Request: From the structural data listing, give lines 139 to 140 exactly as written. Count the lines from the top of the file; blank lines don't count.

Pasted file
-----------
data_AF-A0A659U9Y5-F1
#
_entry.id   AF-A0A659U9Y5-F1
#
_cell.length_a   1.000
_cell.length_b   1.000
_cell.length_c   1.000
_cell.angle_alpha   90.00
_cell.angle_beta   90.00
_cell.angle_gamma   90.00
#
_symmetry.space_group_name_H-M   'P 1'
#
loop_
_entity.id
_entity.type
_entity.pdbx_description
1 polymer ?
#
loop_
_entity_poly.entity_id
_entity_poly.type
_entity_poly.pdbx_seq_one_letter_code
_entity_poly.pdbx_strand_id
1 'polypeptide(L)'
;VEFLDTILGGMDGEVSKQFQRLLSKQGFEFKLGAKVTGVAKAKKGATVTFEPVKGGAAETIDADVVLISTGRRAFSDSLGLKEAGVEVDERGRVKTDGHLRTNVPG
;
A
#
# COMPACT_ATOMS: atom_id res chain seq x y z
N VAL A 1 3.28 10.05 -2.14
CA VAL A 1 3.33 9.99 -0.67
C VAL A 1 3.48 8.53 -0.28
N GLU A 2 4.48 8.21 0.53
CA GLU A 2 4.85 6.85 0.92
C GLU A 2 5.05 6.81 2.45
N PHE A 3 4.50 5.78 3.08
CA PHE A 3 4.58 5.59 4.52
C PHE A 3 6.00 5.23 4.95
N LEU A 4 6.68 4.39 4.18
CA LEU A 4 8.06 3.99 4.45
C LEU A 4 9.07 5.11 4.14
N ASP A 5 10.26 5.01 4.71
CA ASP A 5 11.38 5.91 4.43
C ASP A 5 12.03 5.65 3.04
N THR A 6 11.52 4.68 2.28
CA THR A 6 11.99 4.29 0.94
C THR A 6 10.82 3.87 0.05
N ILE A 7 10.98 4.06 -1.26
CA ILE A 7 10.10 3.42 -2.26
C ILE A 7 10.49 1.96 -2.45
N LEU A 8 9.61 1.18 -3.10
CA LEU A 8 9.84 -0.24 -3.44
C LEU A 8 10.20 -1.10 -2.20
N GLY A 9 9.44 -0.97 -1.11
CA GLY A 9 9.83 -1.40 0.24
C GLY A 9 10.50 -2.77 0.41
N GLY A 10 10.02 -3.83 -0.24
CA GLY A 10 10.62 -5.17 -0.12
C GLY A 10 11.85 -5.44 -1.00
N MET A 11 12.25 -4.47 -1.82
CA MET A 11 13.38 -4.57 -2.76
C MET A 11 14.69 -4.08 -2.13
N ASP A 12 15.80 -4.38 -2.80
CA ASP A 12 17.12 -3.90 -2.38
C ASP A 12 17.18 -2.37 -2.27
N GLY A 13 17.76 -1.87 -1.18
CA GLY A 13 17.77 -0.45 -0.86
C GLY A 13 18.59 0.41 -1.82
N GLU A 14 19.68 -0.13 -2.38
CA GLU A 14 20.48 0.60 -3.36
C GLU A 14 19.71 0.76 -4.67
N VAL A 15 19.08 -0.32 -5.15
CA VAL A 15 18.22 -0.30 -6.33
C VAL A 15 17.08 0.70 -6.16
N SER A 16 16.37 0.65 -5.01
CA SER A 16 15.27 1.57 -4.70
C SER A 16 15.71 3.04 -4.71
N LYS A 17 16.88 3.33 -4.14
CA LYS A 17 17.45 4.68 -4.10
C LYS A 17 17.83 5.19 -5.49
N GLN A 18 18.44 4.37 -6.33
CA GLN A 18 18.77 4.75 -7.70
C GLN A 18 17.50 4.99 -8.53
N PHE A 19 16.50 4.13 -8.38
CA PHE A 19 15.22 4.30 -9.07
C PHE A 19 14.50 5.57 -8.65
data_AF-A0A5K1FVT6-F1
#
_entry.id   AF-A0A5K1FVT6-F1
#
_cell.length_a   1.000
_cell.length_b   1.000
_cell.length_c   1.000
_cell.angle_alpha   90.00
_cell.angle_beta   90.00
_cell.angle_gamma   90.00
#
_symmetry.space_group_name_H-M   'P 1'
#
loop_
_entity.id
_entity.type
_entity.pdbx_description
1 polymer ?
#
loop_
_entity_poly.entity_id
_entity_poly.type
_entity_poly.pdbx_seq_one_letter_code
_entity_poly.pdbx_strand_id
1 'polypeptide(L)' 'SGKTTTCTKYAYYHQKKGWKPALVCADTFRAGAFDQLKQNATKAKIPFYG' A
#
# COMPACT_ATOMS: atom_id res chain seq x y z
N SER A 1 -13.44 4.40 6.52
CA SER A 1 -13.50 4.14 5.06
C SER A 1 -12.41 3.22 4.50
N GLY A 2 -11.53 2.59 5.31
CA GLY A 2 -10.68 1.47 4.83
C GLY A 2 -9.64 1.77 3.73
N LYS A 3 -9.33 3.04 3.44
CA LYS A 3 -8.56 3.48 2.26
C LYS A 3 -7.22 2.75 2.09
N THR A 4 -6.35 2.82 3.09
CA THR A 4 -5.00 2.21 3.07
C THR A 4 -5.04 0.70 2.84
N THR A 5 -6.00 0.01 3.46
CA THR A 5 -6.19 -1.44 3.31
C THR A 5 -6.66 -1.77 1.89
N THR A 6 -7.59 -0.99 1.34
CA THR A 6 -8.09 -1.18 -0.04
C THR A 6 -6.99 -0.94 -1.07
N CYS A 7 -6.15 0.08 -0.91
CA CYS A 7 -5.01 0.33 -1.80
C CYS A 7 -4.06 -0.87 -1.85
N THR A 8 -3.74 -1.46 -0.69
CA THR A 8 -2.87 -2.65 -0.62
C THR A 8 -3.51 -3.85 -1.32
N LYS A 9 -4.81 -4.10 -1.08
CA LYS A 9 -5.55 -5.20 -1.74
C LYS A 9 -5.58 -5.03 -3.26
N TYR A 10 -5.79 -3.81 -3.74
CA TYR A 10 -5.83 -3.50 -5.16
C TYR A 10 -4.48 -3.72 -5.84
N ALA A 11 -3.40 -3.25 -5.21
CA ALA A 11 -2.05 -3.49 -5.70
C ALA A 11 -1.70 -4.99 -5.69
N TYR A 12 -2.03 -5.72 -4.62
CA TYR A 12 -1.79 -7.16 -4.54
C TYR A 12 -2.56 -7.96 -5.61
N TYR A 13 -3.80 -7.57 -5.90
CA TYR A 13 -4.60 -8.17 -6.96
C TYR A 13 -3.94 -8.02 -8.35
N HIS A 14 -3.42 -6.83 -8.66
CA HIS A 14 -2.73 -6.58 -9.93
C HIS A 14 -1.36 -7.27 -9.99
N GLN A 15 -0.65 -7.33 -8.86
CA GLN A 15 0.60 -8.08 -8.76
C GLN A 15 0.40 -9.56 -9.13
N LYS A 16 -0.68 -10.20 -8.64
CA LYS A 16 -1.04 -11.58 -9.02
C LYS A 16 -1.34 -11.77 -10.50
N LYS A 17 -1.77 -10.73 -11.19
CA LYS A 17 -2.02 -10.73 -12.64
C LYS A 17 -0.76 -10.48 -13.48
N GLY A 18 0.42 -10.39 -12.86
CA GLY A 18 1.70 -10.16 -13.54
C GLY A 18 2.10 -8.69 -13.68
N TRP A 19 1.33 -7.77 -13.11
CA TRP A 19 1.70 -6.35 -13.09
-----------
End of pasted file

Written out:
N LYS A 9 -4.81 -4.10 -1.08
CA LYS A 9 -5.55 -5.20 -1.74